A series of measurements were carried out in order to illustrate the working principle of the energy transfer from transfer molecules to QDs according to the invention. The following fluorescence measurements illustrate the second step of the two step energy transfer of the invention.
The first series of measurements shown in FIGS. 8 and 9 illustrates the energy transfer between a transfer molecule and QDs using excitation spectra from two scenarios; 1) with the transfer molecule not being attached to the QD and 2) with the transfer molecule being attached to the QD.
The transfer molecule selected for these measurements was the anthracene derivative shown in FIG. 7.
Scenario 1); QDs and anthracene derivative in (same) solution. In FIG. 8, the emission spectrum 62 from excitation of the solution at 360 nm (where both QDs and anthracene derivative absorb) shows emission peaks for QD 64 and for anthracene derivative 65.
Spectrum 66 is an excitation spectrum corresponding to anthracene emission at 440 nm. Here, the emission at 440 nm (coming from anthracene) is monitored while the excitation wavelength is scanned. The resulting spectrum shows the strength of the 440 nm emission as a finction of excitation wavelength, thereby indicating how much of the excitation at a given wavelength results in emission at 440nm. The excitation peaks 67 are the anthracene excitation spectrum.
Also shown in FIG. 8 is an excitation spectrum 68 corresponding to QD emission at 610 nm. It can be seen that the 610 nm emission mainly corresponds to QD absorption. The absence of the anthracene absorption peaks 67 in this spectrum indicates that there is almost no energy transfer from anthracene to QD.
Scenario 2); a dry film of QDs with attached anthracene derivative. FIG. 9 shows the emission spectrum 72 from excitation of the film at 360 nm, corresponding to emission spectrum 62 of FIG. 8. The spectrum 72 shows emission peak 73 for QD but almost no emission from anthracene. Hence, when the sample is excited at 360 nm, only emission from QD and no emission for anthracene is observed, this indicates that any absorption in anthracene is not re-emitted from anthracene.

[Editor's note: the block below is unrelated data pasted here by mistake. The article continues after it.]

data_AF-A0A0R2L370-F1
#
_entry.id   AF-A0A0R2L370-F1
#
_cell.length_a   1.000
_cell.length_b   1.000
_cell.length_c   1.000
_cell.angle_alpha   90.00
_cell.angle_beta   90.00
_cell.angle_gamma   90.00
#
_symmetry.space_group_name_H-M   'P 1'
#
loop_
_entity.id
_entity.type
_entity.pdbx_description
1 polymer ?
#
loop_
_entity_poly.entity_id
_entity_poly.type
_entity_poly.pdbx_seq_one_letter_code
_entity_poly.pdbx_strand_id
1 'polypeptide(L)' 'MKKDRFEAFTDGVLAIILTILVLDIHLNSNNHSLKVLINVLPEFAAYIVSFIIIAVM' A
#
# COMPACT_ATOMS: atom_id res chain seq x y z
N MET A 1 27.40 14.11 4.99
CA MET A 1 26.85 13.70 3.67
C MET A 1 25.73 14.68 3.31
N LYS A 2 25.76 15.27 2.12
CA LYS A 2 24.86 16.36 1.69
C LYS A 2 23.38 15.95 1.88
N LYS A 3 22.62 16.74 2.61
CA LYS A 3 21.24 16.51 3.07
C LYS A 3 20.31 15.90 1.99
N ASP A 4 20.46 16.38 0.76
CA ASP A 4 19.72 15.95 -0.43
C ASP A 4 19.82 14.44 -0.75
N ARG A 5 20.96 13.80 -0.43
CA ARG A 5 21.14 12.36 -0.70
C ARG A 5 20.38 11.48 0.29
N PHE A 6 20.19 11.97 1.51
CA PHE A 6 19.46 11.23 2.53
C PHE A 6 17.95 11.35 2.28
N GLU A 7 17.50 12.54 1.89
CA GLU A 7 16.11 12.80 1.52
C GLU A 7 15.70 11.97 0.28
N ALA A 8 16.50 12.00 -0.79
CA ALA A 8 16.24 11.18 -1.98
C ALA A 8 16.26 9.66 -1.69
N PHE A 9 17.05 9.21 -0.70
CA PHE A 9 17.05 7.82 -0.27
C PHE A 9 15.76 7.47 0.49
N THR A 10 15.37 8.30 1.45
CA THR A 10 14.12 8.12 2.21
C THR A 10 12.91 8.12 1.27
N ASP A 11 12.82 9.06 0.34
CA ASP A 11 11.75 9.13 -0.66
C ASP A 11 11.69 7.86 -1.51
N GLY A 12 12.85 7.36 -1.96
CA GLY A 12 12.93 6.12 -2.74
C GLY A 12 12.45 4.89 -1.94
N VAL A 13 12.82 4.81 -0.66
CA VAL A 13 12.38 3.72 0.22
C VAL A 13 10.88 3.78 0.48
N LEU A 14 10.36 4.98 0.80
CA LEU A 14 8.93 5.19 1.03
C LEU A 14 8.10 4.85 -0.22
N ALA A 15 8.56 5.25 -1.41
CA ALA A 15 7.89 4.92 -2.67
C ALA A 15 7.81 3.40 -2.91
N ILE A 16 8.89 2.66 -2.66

FIG. 9 also shows an excitation spectrum 78 corresponding to QD emission at 610 nm, similar to the excitation spectrum 68 of FIG. 8. Excitation spectrum 78 clearly shows anthracene absorption peaks 77 superimposed on the QD absorption. This proves that anthracene absorption contributes to the 610 nm QD emission, and clearly indicates the presence of energy transfer from anthracene to QDs.
The measurements of FIGS. 8 and 9 illustrate the second step of the two step energy transfer, transfer of excitons from the transfer molecule to the QD. The behaviour observed for the dry film is totally different than the behaviour observed for the solution. In the dry film, excitons created in the transfer molecule are transferred to the QD at a rate which is larger than their decay rate in anthracene.